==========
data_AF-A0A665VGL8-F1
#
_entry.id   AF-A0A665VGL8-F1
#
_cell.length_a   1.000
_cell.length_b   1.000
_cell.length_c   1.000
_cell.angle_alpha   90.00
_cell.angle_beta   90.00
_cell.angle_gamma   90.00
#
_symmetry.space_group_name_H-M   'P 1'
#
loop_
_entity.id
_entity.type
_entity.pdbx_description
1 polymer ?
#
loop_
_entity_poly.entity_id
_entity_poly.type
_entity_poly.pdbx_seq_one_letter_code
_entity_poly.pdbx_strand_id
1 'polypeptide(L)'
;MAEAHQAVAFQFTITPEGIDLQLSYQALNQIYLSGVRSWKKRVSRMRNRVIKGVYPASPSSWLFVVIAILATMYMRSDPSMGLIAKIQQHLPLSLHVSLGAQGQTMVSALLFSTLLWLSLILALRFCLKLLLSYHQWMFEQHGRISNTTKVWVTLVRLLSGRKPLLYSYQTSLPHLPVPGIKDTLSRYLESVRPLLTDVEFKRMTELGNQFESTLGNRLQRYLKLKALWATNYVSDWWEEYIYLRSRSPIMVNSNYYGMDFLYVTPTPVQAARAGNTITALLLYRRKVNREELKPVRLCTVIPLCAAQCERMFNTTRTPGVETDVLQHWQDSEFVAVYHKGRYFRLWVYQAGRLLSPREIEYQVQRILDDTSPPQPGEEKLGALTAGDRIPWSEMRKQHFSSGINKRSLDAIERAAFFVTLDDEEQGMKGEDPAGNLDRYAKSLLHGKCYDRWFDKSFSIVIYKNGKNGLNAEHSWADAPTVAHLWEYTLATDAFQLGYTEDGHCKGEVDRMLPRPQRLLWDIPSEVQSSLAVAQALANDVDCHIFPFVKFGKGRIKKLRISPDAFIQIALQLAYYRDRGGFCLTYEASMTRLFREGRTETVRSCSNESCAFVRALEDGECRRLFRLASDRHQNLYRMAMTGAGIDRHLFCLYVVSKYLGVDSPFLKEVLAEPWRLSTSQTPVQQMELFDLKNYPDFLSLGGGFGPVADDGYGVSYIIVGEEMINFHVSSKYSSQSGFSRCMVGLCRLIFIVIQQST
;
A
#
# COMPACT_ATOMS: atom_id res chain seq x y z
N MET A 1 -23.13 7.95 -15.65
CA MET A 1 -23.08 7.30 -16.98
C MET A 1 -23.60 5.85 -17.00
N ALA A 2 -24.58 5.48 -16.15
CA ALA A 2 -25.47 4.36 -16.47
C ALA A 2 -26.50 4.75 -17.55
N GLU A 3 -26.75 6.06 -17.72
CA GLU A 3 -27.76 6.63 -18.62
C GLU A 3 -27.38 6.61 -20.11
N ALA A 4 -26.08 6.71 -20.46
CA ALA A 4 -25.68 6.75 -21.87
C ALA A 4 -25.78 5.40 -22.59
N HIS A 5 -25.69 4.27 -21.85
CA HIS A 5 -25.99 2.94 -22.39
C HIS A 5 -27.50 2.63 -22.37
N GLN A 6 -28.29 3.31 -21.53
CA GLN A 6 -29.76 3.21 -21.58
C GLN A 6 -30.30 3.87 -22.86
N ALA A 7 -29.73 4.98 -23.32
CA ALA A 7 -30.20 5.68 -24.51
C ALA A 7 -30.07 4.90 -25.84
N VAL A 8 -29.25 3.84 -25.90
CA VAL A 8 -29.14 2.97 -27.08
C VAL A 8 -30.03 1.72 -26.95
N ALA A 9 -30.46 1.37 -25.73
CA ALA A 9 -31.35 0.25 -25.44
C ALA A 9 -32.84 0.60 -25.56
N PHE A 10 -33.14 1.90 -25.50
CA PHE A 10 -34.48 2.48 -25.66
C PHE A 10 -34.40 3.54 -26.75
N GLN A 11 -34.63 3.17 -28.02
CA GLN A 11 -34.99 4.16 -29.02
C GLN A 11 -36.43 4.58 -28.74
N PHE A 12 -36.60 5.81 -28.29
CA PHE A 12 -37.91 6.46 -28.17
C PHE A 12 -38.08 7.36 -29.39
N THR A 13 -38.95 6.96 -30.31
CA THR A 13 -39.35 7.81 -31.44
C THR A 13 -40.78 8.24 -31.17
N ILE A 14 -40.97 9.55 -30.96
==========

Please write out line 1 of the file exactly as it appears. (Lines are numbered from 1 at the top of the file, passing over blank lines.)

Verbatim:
data_AF-A0A665VGL8-F1